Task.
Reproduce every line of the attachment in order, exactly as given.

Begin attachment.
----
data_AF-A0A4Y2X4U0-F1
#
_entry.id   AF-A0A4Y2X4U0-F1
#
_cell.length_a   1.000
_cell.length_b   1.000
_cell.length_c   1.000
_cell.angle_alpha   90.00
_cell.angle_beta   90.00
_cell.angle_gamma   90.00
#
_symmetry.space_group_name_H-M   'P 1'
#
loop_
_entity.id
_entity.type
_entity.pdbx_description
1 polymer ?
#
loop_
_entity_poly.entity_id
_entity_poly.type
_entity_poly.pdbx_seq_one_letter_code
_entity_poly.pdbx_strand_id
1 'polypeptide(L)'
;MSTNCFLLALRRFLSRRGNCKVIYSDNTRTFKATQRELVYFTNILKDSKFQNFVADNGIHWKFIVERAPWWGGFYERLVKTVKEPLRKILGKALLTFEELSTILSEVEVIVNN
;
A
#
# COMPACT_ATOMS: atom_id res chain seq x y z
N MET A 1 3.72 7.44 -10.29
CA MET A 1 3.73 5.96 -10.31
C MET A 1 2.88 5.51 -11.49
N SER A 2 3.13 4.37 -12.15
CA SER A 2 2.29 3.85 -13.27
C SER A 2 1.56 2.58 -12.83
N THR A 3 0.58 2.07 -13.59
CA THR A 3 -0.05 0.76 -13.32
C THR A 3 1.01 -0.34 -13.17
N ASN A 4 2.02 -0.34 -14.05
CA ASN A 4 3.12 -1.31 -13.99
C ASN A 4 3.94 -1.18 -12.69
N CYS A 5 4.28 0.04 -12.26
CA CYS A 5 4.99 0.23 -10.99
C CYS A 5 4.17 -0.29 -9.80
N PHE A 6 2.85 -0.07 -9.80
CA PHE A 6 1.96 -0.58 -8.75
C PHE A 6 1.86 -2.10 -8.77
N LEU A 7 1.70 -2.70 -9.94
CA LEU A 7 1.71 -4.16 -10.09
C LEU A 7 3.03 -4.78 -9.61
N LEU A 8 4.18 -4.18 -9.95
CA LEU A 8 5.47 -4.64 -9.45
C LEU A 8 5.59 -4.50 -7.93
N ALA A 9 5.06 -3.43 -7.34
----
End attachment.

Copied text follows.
data_AF-A0A4Y2X4U0-F1
#
_entry.id   AF-A0A4Y2X4U0-F1
#
_cell.length_a   1.000
_cell.length_b   1.000
_cell.length_c   1.000
_cell.angle_alpha   90.00
_cell.angle_beta   90.00
_cell.angle_gamma   90.00
#
_symmetry.space_group_name_H-M   'P 1'
#
loop_
_entity.id
_entity.type
_entity.pdbx_description
1 polymer ?
#
loop_
_entity_poly.entity_id
_entity_poly.type
_entity_poly.pdbx_seq_one_letter_code
_entity_poly.pdbx_strand_id
1 'polypeptide(L)'
;MSTNCFLLALRRFLSRRGNCKVIYSDNTRTFKATQRELVYFTNILKDSKFQNFVADNGIHWKFIVERAPWWGGFYERLVKTVKEPLRKILGKALLTFEELSTILSEVEVIVNN
;
A
#
# COMPACT_ATOMS: atom_id res chain seq x y z
N MET A 1 3.72 7.44 -10.29
CA MET A 1 3.73 5.96 -10.31
C MET A 1 2.88 5.51 -11.49
N SER A 2 3.13 4.37 -12.15
CA SER A 2 2.29 3.85 -13.27
C SER A 2 1.56 2.58 -12.83
N THR A 3 0.58 2.07 -13.59
CA THR A 3 -0.05 0.76 -13.32
C THR A 3 1.01 -0.34 -13.17
N ASN A 4 2.02 -0.34 -14.05
CA ASN A 4 3.12 -1.31 -13.99
C ASN A 4 3.94 -1.18 -12.69
N CYS A 5 4.28 0.04 -12.26
CA CYS A 5 4.99 0.23 -10.99
C CYS A 5 4.17 -0.29 -9.80
N PHE A 6 2.85 -0.07 -9.80
CA PHE A 6 1.96 -0.58 -8.75
C PHE A 6 1.86 -2.10 -8.77
N LEU A 7 1.70 -2.70 -9.94
CA LEU A 7 1.71 -4.16 -10.09
C LEU A 7 3.03 -4.78 -9.61
N LEU A 8 4.18 -4.18 -9.95
CA LEU A 8 5.47 -4.64 -9.45
C LEU A 8 5.59 -4.50 -7.93
N ALA A 9 5.06 -3.43 -7.34